There are a lot of things that can make a book unreadable: the content, the prose, the plot holes. The list could go on and on. For me, nothing makes a book more difficult to read than badly justified type.
A few typographical terms still in use today have historical origins. As technology and the practice of digital font creation have advanced, some terms have been replaced by their digital counterparts in conversations surrounding graphic design.
Do you like making your own schedule and choosing your own projects? Are you someone who doesn’t mind being home all day and is probably also a night owl? Chances are you’ve thought about being a freelancer, perhaps for design, editing, or marketing. The publishing world, like many other industries, is increasingly relying on outsourcing […]
Book publishing is a centuries-old tradition, so the logos and brands have been slightly updated over time to reflect current marketing and branding trends. But are publishers doing enough to keep their symbols fresh, relatable, and contextual for modern readers?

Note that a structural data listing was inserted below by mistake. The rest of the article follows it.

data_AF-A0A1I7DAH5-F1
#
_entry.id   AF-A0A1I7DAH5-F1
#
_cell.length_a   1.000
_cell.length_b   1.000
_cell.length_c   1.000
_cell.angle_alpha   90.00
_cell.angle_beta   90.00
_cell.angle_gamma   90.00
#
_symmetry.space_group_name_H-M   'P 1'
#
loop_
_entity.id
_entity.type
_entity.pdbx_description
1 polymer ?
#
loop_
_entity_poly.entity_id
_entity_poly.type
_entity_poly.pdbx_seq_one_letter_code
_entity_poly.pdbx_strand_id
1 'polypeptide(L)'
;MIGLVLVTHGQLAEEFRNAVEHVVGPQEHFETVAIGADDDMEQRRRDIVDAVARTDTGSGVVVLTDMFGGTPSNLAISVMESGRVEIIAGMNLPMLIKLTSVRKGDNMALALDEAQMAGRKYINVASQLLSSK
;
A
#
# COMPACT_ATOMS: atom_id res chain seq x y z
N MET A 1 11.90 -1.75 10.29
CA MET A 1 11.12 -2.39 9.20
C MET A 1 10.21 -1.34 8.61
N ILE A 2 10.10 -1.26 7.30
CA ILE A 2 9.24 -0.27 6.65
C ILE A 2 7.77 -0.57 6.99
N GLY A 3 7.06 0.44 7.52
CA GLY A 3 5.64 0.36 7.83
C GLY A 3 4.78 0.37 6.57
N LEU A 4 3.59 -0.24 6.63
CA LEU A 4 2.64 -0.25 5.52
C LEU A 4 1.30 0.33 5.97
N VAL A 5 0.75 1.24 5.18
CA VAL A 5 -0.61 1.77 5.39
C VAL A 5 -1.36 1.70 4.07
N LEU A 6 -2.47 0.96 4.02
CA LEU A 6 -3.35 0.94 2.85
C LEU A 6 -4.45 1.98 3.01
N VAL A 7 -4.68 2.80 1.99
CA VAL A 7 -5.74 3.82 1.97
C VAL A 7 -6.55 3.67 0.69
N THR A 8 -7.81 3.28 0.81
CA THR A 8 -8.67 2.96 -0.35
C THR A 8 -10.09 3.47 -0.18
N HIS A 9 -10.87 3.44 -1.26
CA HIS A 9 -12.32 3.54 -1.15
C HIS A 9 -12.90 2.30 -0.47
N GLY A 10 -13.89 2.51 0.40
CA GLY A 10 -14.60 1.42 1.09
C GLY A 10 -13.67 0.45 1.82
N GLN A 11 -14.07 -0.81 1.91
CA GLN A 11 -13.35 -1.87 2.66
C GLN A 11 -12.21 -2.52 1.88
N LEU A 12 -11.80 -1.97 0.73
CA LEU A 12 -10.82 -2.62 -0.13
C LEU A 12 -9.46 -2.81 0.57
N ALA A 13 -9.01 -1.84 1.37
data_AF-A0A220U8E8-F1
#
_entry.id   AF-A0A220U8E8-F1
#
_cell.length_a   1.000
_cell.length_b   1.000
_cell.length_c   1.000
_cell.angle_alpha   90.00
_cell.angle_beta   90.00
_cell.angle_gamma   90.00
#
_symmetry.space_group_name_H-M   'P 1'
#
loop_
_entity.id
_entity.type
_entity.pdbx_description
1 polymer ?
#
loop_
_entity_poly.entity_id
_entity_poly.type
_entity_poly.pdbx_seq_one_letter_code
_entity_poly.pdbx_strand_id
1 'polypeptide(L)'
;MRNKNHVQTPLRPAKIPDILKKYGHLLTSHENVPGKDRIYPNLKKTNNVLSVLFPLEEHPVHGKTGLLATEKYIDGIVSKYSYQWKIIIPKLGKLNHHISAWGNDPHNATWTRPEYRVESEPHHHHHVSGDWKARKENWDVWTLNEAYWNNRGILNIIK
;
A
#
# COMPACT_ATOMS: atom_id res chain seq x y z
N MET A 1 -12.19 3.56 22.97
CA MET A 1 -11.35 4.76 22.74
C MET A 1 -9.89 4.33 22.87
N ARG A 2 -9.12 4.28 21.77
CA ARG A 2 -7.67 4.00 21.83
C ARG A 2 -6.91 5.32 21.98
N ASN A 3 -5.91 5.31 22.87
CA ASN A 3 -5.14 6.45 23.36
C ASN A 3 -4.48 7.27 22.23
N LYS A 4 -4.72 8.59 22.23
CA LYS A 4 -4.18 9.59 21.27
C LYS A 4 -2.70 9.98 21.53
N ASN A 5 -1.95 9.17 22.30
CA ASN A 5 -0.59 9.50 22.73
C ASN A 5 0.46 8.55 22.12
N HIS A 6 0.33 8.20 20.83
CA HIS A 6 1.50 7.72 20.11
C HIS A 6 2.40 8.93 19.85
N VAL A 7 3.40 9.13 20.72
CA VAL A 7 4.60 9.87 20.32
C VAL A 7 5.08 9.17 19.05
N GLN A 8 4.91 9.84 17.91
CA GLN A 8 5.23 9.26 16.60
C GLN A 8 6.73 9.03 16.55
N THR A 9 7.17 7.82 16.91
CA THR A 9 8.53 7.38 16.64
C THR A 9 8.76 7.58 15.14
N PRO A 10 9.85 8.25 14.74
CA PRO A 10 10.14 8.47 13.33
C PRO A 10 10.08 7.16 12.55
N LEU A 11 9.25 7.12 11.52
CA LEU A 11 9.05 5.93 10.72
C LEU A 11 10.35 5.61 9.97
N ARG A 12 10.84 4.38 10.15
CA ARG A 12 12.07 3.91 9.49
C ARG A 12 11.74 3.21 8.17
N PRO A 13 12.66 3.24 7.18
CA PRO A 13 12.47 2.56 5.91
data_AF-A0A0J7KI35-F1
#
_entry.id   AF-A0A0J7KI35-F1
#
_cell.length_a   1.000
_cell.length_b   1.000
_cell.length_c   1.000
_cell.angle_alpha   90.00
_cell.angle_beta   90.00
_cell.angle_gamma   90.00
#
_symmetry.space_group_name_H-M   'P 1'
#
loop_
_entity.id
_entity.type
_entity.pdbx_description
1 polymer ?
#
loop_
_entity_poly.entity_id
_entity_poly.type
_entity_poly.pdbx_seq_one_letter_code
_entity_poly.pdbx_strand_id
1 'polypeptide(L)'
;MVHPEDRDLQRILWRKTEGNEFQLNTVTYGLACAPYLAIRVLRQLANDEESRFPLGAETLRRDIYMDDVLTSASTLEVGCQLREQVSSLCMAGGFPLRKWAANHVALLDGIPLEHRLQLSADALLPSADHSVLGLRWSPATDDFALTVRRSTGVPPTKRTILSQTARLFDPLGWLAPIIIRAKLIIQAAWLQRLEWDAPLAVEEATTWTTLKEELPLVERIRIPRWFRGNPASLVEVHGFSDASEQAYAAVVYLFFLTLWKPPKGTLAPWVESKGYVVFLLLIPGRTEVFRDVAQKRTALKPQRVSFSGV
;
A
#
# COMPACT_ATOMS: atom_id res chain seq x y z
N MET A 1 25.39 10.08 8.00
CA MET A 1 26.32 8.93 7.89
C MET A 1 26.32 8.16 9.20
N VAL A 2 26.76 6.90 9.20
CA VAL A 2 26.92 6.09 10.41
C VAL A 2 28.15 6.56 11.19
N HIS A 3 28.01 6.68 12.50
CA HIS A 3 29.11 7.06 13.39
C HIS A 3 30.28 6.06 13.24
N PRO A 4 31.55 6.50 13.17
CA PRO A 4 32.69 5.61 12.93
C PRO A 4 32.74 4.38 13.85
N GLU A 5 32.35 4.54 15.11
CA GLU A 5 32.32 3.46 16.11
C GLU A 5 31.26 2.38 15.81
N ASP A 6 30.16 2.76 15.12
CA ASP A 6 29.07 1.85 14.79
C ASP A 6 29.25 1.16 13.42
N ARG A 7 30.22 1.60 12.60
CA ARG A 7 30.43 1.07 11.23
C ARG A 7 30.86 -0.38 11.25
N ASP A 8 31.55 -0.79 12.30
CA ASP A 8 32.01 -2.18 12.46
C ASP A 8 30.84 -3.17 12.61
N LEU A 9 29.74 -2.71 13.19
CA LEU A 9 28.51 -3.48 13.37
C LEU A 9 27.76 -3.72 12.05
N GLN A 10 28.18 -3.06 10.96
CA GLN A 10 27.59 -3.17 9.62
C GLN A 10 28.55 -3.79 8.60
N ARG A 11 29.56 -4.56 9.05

Sometimes when a story breaks the traditional rules—by, for example, skipping around in time or being told by more than one narrator—the conventional layout of a book interior is not enough: visual design is necessary to help it make sense.
As the cover of a book communicates to the potential reader what lies within, many conventions have emerged to highlight certain genres, such as an old photograph that promises a memoir, or a shirtless muscular man that promises a romance novel. To investigate further, we’ll look at four popular books sold in both the US and the UK and see what each cover has to say about the same story.